That’s how thousands of people came to know the God Who Really Lives.

When Peter and John spent time with Jesus, their afraid flew out the window. God used them to display real life unafraid so powerfully that not even the Sadducees could deny it.

The same can be true of us. When we know Jesus that well, spend time with Him that willingly, we cannot help but find our own lives. Unafraid.

*I’ve written a short e-book on living unafraid. A manifesto, if you will. And I would love for you to read it, to find the challenge to really live. Unafraid. I am offering it for free to people who subscribe to my personal blog ( I would love for you join me there. You can get it here right, too. Just click here for the download. Then start living. Unafraid.


February 28: Unafraid Unshaken

Read Psalm 91

Part of the afraid that I’ve always hidden behind was the fear of seeing something bad happen. Like a really bad car accident. Or a fist-fight. Or an old lady falling off her bike.

I really have no explanation for this fear. Other than an anxiety disorder that, if left unmedicated, has me making my husband check the garage door five times before we kiss good night. And constantly checking the ceilings for spiders.

That’s why I always struggled with the words in Psalm 91, where the writer says

A thousand may fall at your side, ten thousand at your right hand, but it will not come near you (v7).

I don’t want none of that! No desire to have hundreds and thousands falling all around me. I don’t want to see it. No, thanks. I mean, can’t I just avoid everyone’s falling altogether?

But here’s the thing I am learning about unafraid: it is not shaken by anything. It does not worry. Ever. Not even about what it might see. Because it has no reason to. Life inside the unafraid holds no room for fearing things like what might happen. Or what I might see happen. Because all of its fear is properly placed in the One Who will never fail it. The One Who can handle all that fear and will only give what is good. Unafraid has no place for anxious “what will I do if’s” because it hides inside “I trust the One Who is already there.” The One Who knew what would happen. Saw it all before it did. And still, He hides me in His great big shadow.

This is the life inside of unafraid. The life I want to live for the rest of my days.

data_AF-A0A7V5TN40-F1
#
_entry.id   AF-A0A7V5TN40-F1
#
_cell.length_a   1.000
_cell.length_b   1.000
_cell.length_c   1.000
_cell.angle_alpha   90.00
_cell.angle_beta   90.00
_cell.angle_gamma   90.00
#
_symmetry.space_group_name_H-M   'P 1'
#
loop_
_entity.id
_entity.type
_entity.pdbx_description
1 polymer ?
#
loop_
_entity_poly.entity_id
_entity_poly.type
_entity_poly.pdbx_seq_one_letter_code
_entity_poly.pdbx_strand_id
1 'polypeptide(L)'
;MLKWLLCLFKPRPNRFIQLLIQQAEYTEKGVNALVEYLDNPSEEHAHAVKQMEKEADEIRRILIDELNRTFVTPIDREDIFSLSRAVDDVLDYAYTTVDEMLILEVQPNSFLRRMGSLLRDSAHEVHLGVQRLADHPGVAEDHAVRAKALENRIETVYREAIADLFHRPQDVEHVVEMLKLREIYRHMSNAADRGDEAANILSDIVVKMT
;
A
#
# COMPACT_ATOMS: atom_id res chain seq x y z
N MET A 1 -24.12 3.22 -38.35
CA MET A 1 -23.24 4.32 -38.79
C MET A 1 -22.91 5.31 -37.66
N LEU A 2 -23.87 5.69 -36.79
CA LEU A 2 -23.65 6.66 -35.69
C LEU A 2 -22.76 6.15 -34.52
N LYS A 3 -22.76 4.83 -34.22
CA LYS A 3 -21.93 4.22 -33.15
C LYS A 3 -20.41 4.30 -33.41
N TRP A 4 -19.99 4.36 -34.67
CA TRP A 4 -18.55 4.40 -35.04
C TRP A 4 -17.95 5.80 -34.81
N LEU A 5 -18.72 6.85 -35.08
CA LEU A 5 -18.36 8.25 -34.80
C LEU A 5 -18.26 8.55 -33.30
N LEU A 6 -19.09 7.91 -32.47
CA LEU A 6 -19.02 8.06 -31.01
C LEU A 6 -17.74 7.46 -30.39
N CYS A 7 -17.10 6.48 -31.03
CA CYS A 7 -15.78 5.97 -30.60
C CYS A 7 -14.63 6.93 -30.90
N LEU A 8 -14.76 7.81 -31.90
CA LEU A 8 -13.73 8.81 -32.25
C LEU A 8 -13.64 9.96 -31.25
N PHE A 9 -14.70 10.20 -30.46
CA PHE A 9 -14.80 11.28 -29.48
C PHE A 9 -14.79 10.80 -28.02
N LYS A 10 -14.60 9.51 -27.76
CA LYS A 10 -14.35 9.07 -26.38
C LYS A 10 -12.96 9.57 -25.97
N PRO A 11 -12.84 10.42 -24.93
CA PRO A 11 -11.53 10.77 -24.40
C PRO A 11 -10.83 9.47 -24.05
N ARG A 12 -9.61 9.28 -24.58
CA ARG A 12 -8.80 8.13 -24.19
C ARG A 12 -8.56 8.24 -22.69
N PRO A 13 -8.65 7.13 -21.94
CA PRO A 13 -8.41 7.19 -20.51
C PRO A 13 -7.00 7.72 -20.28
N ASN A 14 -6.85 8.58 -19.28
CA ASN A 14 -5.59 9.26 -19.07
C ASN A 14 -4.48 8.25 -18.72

It’s the way to real life. Trusting the only One worthy of all my fear.


February 27: When God Showed Up Inside The Unafraid

Read Daniel 3:1-30

What they did not see were the details.

O Nebuchadnezzar, we do not need to defend ourselves before you in this matter.  If we are thrown into the blazing furnace, the God we serve is able to save us from it, and he will rescue us from your hand . . . (Daniel 3:16-17)

Their fear of God led to their unafraid declaration to the king of the land. Because Shadrach, Meshach and Abednego stood firm on what they hoped for, they were able to walk, unafraid, right through the furious flames of a furnace.

Their God-fearing faith made them conquer flames and quench fury.

We find fury throughout this story of three men’s unafraid.  Their refusal to bow to King Nebuchadnezzar’s huge trophy made him furious (v13).  Later, their immovable stance filled the king with such fury that his entire countenance changed (v19).  And then there is the fire.  The flames so furious they killed any and all who even came close.  Any and all, that is, but our three heroes of faith.

Dropped into a raging fire because of a tyrant’s raging jealousy, these three knew that God would take care of them.  They knew He would come to their rescue, whether on this side of eternity or the other.  And so they stood unafraid, unwilling to forsake the God they served.

But even if he does not . . . we will not serve your gods or worship the image of gold you have set up (v18).

Because they knew that their God was the only One worth fearing.